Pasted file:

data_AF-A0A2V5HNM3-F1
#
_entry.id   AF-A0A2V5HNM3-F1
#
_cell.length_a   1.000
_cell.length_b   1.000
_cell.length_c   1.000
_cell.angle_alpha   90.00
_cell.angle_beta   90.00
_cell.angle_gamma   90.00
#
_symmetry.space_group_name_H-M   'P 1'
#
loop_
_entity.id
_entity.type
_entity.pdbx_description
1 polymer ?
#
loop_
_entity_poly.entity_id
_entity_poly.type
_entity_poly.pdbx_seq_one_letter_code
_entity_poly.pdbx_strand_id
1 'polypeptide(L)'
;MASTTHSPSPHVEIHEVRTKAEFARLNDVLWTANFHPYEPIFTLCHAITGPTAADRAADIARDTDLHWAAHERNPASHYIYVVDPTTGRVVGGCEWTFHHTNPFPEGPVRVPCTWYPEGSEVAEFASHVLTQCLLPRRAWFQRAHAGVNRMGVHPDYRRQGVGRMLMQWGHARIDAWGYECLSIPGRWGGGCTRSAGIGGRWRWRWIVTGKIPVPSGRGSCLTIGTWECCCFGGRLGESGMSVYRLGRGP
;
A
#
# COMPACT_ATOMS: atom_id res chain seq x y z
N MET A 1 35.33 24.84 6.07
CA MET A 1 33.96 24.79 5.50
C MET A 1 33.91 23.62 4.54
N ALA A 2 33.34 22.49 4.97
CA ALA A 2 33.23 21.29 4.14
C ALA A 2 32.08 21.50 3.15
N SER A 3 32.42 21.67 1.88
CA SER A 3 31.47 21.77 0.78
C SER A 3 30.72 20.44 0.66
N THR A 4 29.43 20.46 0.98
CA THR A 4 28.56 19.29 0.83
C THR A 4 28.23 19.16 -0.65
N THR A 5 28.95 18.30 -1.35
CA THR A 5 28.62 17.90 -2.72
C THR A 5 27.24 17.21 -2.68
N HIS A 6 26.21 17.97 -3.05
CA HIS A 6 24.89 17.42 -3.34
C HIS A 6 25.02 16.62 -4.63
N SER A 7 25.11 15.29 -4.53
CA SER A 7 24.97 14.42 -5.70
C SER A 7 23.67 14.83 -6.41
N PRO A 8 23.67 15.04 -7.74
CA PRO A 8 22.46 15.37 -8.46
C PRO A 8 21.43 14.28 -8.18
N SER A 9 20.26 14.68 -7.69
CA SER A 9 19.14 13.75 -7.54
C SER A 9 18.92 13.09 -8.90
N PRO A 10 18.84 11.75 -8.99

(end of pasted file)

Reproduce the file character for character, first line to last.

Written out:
data_AF-A0A2V5HNM3-F1
#
_entry.id   AF-A0A2V5HNM3-F1
#
_cell.length_a   1.000
_cell.length_b   1.000
_cell.length_c   1.000
_cell.angle_alpha   90.00
_cell.angle_beta   90.00
_cell.angle_gamma   90.00
#
_symmetry.space_group_name_H-M   'P 1'
#
loop_
_entity.id
_entity.type
_entity.pdbx_description
1 polymer ?
#
loop_
_entity_poly.entity_id
_entity_poly.type
_entity_poly.pdbx_seq_one_letter_code
_entity_poly.pdbx_strand_id
1 'polypeptide(L)'
;MASTTHSPSPHVEIHEVRTKAEFARLNDVLWTANFHPYEPIFTLCHAITGPTAADRAADIARDTDLHWAAHERNPASHYIYVVDPTTGRVVGGCEWTFHHTNPFPEGPVRVPCTWYPEGSEVAEFASHVLTQCLLPRRAWFQRAHAGVNRMGVHPDYRRQGVGRMLMQWGHARIDAWGYECLSIPGRWGGGCTRSAGIGGRWRWRWIVTGKIPVPSGRGSCLTIGTWECCCFGGRLGESGMSVYRLGRGP
;
A
#
# COMPACT_ATOMS: atom_id res chain seq x y z
N MET A 1 35.33 24.84 6.07
CA MET A 1 33.96 24.79 5.50
C MET A 1 33.91 23.62 4.54
N ALA A 2 33.34 22.49 4.97
CA ALA A 2 33.23 21.29 4.14
C ALA A 2 32.08 21.50 3.15
N SER A 3 32.42 21.67 1.88
CA SER A 3 31.47 21.77 0.78
C SER A 3 30.72 20.44 0.66
N THR A 4 29.43 20.46 0.98
CA THR A 4 28.56 19.29 0.83
C THR A 4 28.23 19.16 -0.65
N THR A 5 28.95 18.30 -1.35
CA THR A 5 28.62 17.90 -2.72
C THR A 5 27.24 17.21 -2.68
N HIS A 6 26.21 17.97 -3.05
CA HIS A 6 24.89 17.42 -3.34
C HIS A 6 25.02 16.62 -4.63
N SER A 7 25.11 15.29 -4.53
CA SER A 7 24.97 14.42 -5.70
C SER A 7 23.67 14.83 -6.41
N PRO A 8 23.67 15.04 -7.74
CA PRO A 8 22.46 15.37 -8.46
C PRO A 8 21.43 14.28 -8.18
N SER A 9 20.26 14.68 -7.69
CA SER A 9 19.14 13.75 -7.54
C SER A 9 18.92 13.09 -8.90
N PRO A 10 18.84 11.75 -8.99